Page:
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Experiential Considerations.  In many parts of the world deciduous trees are bare and snow blankets the frozen ground. In other places, the sun is shining brightly and warm breezes lure both people and animals seeking refuge from the cold. Teaching young children who have never seen snow about the subject of snowflakes is different than teaching young children who have experiential references (a contextual reference) concerning snow, and can simply look out the window and "understand" snow.  But the reason why many birds and butterflies migrate to warmer climates is integrally related to a discussion of cold weather, snow and snowflakes. These cold weather forms of precipitation are the contextual basis for seasonal migration and give meaning to migration phenomena.

Choosing Your Content. For those living in colder climates, the primary exploration might be about snowflakes-snow with a tie-in to migration and other cold weather adaptations.  For those living in warmer climates, the primary exploration might focus on migration with a tie-in to cold weather and snowflakes.


How To Develop Your Snowflake Science Story

To develop content, begin by asking yourself questions about snowflakes. This process will be useful in developing your science story and will also provide you with questions for your in-class exploration. Incorporate process development skills in your exploration using: same, but different; compare & contrast; sort & match; and, what if...scenario-type questions. Ask the same questions in different ways.

In the process of asking questions and filling-in the blanks you will develop your science story.

 What is a snowflake?  How can we describe snowflakes? What is a snowflake made of?  How are snowflakes formed?  Where are snowflakes formed?  Do snowflakes have patterns?  Are all snowflakes the same?  How are snowflakes different?  How are snowflakes the same?  Where do snowflakes come from?  What is snow?  When do you see snowflakes?  Are snowflakes solid?  Are there always snowflakes?  What happens to snowflakes?  Why do snowflakes melt?  How are snowflakes and snow related? Why are snowflakes important?  What if there were no snowflakes?


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Developing Science Stories


Snowflake Patterns...Same, But Different.

Snowflakes have a multitude of patterns, but all snowflakes have six branches and are symmetrical. Each snowflake is made up of from 2 to about 200 separate crystals of different shapes (long needle shape; hollow column shaped like a six-sided prism; thin and flat six-sided plates; six-pointed stars and intricate dendrites) that join together to form a snowflake.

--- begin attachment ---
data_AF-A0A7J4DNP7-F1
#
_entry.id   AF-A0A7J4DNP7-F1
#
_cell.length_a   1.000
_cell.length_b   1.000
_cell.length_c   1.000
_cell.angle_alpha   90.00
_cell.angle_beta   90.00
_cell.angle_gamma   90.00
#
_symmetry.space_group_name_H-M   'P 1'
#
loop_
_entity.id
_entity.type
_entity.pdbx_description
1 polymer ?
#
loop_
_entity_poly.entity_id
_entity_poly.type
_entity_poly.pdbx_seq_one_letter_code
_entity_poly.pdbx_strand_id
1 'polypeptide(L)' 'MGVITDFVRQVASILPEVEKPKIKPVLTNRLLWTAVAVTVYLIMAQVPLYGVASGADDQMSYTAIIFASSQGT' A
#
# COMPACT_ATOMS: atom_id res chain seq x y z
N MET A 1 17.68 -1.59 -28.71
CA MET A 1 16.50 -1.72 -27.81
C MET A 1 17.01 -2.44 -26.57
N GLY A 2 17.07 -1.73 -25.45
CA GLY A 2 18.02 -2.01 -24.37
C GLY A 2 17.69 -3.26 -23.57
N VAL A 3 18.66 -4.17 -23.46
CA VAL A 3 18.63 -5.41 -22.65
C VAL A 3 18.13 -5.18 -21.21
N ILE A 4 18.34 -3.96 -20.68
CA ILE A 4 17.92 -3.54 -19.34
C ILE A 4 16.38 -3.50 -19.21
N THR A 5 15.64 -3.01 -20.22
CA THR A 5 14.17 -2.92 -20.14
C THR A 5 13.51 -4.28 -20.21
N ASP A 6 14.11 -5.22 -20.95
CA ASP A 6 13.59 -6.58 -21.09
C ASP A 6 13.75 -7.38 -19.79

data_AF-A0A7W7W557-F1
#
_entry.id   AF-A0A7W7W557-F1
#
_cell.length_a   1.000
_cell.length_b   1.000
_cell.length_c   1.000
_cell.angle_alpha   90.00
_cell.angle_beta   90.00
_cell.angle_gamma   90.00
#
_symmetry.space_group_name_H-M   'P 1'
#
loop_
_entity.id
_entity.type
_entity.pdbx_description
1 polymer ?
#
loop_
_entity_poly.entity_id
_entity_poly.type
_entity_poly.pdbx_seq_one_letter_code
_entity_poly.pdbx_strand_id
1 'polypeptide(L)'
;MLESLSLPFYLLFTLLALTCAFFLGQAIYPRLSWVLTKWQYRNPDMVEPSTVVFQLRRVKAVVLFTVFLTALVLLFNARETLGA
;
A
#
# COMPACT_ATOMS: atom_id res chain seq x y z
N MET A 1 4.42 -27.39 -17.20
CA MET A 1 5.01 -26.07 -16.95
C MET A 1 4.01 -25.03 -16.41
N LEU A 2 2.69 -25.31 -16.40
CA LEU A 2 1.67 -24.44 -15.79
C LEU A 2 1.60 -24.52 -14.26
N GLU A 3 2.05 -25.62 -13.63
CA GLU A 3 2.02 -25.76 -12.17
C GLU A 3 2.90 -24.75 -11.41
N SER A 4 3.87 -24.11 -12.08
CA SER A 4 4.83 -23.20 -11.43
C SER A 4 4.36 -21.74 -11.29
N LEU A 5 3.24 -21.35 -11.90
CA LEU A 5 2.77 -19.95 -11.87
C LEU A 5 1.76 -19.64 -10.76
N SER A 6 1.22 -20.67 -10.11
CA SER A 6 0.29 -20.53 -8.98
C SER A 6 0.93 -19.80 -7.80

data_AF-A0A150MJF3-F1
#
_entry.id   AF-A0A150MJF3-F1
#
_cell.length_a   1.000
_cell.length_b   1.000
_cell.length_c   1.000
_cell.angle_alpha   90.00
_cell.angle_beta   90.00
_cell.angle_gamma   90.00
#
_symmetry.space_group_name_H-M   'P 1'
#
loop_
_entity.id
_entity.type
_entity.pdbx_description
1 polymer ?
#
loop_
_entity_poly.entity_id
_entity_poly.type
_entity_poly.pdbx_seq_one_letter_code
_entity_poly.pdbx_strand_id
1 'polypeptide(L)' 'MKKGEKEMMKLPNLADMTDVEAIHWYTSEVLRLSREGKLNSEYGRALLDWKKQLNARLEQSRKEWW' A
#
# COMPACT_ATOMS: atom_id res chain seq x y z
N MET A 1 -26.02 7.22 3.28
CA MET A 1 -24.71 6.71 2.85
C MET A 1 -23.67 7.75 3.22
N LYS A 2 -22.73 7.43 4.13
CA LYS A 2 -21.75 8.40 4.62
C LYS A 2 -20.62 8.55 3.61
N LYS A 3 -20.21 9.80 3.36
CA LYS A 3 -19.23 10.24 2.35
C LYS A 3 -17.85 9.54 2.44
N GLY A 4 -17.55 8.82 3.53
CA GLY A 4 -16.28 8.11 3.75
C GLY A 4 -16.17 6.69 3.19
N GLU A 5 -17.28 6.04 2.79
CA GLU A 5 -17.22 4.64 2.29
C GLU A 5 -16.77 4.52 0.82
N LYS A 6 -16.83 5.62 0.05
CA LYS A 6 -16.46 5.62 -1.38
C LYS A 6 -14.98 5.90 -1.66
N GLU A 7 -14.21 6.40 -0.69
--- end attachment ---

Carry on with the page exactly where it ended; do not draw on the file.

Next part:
The snowflake can be drawn within a hexagonal shape.  Like the hexagon it has three lines of symmetry, three diagonals that “cut across” the snowflake to create these lines of symmetry.

How Snowflakes Form...
Like other solids that form a crystalline structure, snowflakes require seeding-a tiny center around which the delicate dendrites grow.  When water freezes inside a cloud, ice crystals form. More ice crystals join together around a single crystal to form a pattern. When the snowflakes become heavy enough they fall. When they hit the ground, they are called snow.

Contextual Activities

To reinforce your exploration of the geometry of snowflakes, try this three-piece snowflake puzzle that forms a hexagon or the 2-piece ice crystal puzzler.


You may find it helpful to review the various geometric shapes, counting the number of sides on triangles, squares, rectangles, pentagons hexagons and octagons as part of your snowflake exploration.

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Science, Art & Math with iSAM



how2SNOWFLAKE "Homework"
Embedded Opportunities For Further Learning

If the opportunity arises take your class outside and try to catch snowflakes using a piece of dark construction paper or dark cloth. If there are no snowflakes, ask your class to try and catch a few flakes on their own when the opportunity presents itself.


Use the opportunity to discuss the “how's” of catching snowflakes.  Prime the follow-up exploration with questions.  For example, what happens if you get too close to a snowflake and breathe on it.


If snowflakes are not available but snow is, collect a cup of snow in a clear cup. Place the cup in a prominent location in the classroom and have your class observe the changes over time.


You can also see some amazing snowflake crystal pictures at

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Opportunities for Further Learning


Context & Connections

Performing a simple word association exercise can assist you in defining both context and relevant connections to a given topic.  The word associations provide you with connections, links to umbrella concepts that provide context to your exploration of snowflakes. Some connections are more relevant than others, and may be regionally and experientially dependent as well. 



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Snowflake word associations.



Snow-Precipitation-Water Cycle
Solid-State of Matter-Water

In the snowflake word association exercise, the subject of snowflakes-snow can also be directly linked to the water cycle. Again there are different challenges associated with exploring snowflakes with children in warm climates, but which can be addressed with appropriate "snowy" visuals and "icy" hands-on experiments.

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